In addition to the socioeconomic effects found at the individual level, it is theorised that small-area, or neighbourhood, socioeconomic deprivation might exert an independent effect on harmful alcohol consumption. However, a recent systematic review which included multilevel studies of neighbourhood deprivation and alcohol consumption found little evidence to support this hypothesis.13 Of the four multilevel studies which were classified as rigorous in a quality assessment, one study set in the West of Scotland, UK, found no significant association between neighbourhood deprivation and drinking above guideline limits or the number of units consumed in the past week.14 A second study set in California, USA, found that the odds of heavy alcohol consumption (>7 drinks/week for women and >14 for men) was significantly higher for people living in the least deprived neighbourhoods with no significant variation with individual SES.15
The two other studies described an association between high neighbourhood deprivation and high consumption.16 ,17 Data from the nationally representative Third National Health and Nutrition Examination Survey (NHANES III, USA) found that a composite neighbourhood deprivation measure at the level of the census tract was associated with heavy alcohol use, defined as consuming five or more drinks almost every day (OR 1.18; 95% CI 1.01 to 1.38), but it was not reported whether this association varied with age, gender or SES.16 A second US study found that higher mean income and income inequality at the larger community district level was significantly associated with a higher number of drinks per month among drinkers.17 Four subsequent papers reporting small studies found no significant association between alcohol consumption and neighbourhood income,18 ,19 neighbourhood unemployment20 or a composite measure of relative socioeconomic disadvantage,21 while a further large-scale study of over 90 000 subjects set in Canada found a small effect of neighbourhood deprivation on the number of drinks consumed per week in men, but not in women.22
Possible explanations for these inconsistencies in neighbourhood associations found between studies may result from different methods of defining excess, or harmful, consumption, with some choosing definitions based on national guidelines for ‘safe’ consumption or units,14 number of drinks15–19 ,21 ,22 or frequency of consumption.19 ,20 Additional explanations for inconsistent neighbourhood associations may result from different measures of area deprivation, sizes of neighbourhood and adjustment for different individual-level risk factors for excess alcohol consumption.14–22
Despite the substantial public health consequences of alcohol consumption and the possible importance of neighbourhood in explaining the patterns of consumption, no previous study to our knowledge has investigated multilevel associations with neighbourhood deprivation which distinguish between excess consumption and binge drinking as distinct categories. Little is known on whether any associations vary within population groups. The aim of the present study was to investigate the effect of neighbourhood deprivation with age, gender and SES on (1) excess alcohol consumption above guideline limits and (2) binge drinking, in a representative sample of the adult population of Wales, UK.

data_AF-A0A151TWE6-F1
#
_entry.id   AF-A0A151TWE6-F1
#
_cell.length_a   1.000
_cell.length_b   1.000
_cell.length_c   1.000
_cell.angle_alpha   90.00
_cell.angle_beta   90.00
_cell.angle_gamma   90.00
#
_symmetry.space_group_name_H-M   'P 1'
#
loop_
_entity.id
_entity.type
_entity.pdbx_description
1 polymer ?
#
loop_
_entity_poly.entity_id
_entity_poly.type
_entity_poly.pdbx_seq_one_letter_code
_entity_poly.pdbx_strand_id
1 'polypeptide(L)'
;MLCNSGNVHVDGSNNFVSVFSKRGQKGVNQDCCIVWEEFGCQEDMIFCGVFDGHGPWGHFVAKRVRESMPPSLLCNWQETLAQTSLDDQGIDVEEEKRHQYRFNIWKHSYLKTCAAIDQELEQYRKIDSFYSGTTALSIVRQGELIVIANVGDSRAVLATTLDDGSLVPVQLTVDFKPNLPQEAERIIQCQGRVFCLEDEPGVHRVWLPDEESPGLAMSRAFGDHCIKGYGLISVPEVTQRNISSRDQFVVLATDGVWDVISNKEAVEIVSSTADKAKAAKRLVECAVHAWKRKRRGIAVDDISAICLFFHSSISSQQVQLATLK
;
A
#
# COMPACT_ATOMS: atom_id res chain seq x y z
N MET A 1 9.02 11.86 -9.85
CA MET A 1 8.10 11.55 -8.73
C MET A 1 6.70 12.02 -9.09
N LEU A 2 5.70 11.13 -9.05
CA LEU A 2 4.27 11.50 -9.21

Data were drawn from four successive cross-sectional waves of the Welsh Health Survey 2003/2004–2007, an interviewer-led household and individual survey of the adult population resident in Wales, UK.23–25 The adult population of Wales is approximately 2.2 million (2001 Census) and the dataset available included a total of 60 555 adults aged 18 years and over. The sampling methods and the survey process are described in detail elsewhere.24 ,25 Briefly, the sampling frame used was the Post Office's Postcode Address File. Private household addresses were randomly selected in a two-stage design, sampling addresses within primary sampling units that were selected within the 22 unitary authority local government areas in Wales. Each adult member of the household was invited to complete a questionnaire. Response rates were high; in 2003/2004, the adjusted household survey response was 74% with 85% of individuals responding within households,24 with little change at 74% and 82%, respectively, in 2007.25
Alcohol outcome measure
Participants were asked to state the highest number of units they had drunk on any 1 day in the previous 7 days, using a standard prompt to convert different types and quantities of alcoholic drinks into units. The dataset provided the classification of units into ordinal categories of maximal daily consumption based on the UK Department of Health definitions (table 1), with categories for ‘none/never drinks’, ‘within guidelines’, ‘excess consumption but less than binge’ and ‘binge’.26